The High Court was approached when a real apprehension of direct recruitment arose, praying for a writ, order or direction in the nature of mandamus requiring the respondent not to proceed with the processes resulting in filling up the posts of Accountants, Junior Accountants and Assistant Inspecting Officers in violation of the quota of 75% claimed by the appellant, under the agreement alleged to be binding on the Cooperative Bank and the employees. Of Course, the recruitment went on and the new appointees are also arrayed as respondents in the writ petition. However, the High Court dismissed 683 the writ petition on the preliminary ground that the writ was, in fact, directed against a Cooperative Bank registered under the Cooperative Societies Act and no writ would lie against such a body in the circumstances set out in the writ petition. Indeed, the distinction between a body with a personality created by and owing its existence solely to a statute and an entity which is recognised by and is registered under a statute is real, dramatic and makes for a world of difference in jural impact. Considerable argument was addressed before us based on the rulings reported as Mohanlal; Tewary, Sukhdev; and Praga Tools, apart from the ruling of this Court in Lakshmi Narain.
The question as to whether a Cooperative Society is a public authority has fallen for judicial notice and Amir Jamia contains an elaborate discussion of the controversal topic covering decisions, English and Indian. It is also true that at least Madhya Pradesh (Dukhooram-1961 v. M. P.
269) and Calcutta (Madan Mohan- 1966 Cal. 23) have considered whether a writ will issue against a Cooperative Society, simpliciter, Kumkum Khanna deals with a private college governed by a University Ordinance.
Many other rulings have also been brought to our notice, but we do not think it necessary elaborately to investigate these issues notwithstanding the fact that Shri Gupta, appearing for the contesting respondent, challenged each one of the grounds stabilising his submissions on rulings of the Court, of the High Courts and the English Courts.
The reason why we are not inclined to add to the enormous erudition on the point already accumulated in case- law is that a close perusal of the writ petition will disclose that essentially the appellant is seeking merely to enforce an agreement entered into between the employees and the Cooperative Bank.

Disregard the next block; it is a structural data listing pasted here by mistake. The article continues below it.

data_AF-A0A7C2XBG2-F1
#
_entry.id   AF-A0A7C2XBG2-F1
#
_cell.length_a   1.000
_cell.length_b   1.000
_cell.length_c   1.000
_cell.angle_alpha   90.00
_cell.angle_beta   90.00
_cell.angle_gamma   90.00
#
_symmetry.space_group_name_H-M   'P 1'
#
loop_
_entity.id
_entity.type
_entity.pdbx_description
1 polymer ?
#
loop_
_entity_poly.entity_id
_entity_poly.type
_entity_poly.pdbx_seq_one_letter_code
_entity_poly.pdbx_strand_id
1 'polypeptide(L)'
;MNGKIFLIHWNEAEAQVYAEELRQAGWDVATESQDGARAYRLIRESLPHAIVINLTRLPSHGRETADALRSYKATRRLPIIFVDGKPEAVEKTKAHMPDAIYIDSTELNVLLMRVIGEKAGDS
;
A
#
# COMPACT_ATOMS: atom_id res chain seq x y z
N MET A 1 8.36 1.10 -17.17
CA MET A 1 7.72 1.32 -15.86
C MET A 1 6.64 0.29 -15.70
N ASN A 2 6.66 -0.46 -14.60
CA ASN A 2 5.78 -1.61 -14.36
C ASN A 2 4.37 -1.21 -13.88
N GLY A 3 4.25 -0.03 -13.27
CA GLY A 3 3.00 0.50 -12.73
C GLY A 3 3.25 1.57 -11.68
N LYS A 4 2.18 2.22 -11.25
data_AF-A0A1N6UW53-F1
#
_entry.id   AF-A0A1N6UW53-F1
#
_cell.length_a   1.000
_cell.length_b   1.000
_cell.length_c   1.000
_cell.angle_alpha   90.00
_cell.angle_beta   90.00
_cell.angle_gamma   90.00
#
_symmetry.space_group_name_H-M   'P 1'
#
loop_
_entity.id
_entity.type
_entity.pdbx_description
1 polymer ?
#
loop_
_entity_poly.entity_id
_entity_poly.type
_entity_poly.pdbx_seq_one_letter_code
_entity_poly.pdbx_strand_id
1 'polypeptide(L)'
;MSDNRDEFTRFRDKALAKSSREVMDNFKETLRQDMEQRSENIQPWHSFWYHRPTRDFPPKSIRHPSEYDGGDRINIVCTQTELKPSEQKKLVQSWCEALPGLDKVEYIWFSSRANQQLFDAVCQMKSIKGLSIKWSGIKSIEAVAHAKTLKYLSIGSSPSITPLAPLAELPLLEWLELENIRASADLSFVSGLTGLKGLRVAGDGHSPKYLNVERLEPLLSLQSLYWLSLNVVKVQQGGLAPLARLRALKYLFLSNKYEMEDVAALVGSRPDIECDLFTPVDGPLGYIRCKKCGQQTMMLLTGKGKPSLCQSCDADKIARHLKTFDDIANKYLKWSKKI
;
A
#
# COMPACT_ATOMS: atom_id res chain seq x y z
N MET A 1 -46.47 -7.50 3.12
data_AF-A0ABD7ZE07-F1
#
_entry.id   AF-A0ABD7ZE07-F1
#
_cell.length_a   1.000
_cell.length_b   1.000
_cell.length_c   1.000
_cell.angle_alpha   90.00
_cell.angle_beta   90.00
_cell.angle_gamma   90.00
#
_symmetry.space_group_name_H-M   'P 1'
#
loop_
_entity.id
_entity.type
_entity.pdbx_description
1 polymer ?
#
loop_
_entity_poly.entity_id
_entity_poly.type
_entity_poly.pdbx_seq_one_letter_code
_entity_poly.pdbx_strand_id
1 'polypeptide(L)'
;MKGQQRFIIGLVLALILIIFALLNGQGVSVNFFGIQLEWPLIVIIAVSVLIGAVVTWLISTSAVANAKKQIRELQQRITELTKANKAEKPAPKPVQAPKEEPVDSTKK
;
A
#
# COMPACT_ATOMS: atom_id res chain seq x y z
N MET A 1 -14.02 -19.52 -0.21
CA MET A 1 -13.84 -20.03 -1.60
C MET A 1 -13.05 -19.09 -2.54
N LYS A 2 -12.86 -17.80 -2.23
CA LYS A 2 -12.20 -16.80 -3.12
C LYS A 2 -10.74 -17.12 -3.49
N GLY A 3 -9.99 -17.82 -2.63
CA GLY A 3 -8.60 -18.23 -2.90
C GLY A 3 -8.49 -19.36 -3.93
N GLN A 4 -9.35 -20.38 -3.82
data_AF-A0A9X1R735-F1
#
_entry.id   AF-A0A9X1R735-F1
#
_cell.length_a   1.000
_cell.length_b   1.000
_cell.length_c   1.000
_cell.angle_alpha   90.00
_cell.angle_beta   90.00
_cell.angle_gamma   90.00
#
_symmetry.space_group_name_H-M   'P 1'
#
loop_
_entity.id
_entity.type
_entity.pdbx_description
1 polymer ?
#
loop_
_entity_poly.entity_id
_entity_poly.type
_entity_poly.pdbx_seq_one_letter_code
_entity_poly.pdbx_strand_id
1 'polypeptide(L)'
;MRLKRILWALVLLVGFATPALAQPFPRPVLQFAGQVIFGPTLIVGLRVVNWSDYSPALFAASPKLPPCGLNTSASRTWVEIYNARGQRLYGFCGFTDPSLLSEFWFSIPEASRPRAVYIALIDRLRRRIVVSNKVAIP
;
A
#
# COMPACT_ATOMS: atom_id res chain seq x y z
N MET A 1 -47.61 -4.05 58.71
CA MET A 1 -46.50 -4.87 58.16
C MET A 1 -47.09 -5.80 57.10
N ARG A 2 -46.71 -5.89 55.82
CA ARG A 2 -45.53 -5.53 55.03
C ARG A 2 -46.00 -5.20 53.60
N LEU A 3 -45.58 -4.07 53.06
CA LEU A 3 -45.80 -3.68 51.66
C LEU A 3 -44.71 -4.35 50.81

There is no doubt that some of the legal problems argued by Sri Ramamurthy deserve in an appropriate case jurisprudential study in depth, although much of it is covered by authority. But assuming, for argument's sake, that what he urges has validity, the present case meets with its instant funeral from one fatal circumstance. The writ petition, stripped of embroidery and legalistics, stands naked as a simple contract between the staff and the Society, agreeing upon a certain percentage of promotions to various posts or an omnibus, all-embracing promise to give a quota to the existing employees. At its best, the writ petition seeks enforcement of a binding contract but the neat and necessary repellant is that the remedy of Art. 226 is unavailable to enforce a contract qua contract. We fail to see how a supplier of chalk to a government school or cheese to a government hospital can ask for a constitutional remedy under Art. 226 in the event of a breach of a contract, bypassing the normal channels 684 of civil litigation. We are not convinced that a mere contract agreeing to a quota of promotions can be exalted into a service rule or statutory duty. What is immediately relevant is not whether the respondent is State or public authority but whether what is enforced is a statutory duty or sovereign obligation or public function of a public authority. Private law may involve a State, a statutory body, or a public body in contractual or tortious actions.
But they cannot be siphoned off into the writ jurisdiction.
The controversy before us in substance will turn on the construction and scope of the agreement when the claim to a quota as founded cannot be decided in writ jurisdiction without going back on well-settled guidelines and even subverting the normal processual law-except perhaps in extreme cases which shock the conscience of the Court or other extra-ordinary situation, an aspect we are not called upon to explore here. We are aware of the wide amplitude of Art. 226 and its potent use to correct manifest injustice but cannot agree that contractual obligations in the ordinary course, without even statutory complexion, can be enforced by this short, though, wrong cut.
On this short ground the appeal must fail and be dismissed. We do so, but without costs.
P.H.P. Appeal dismissed.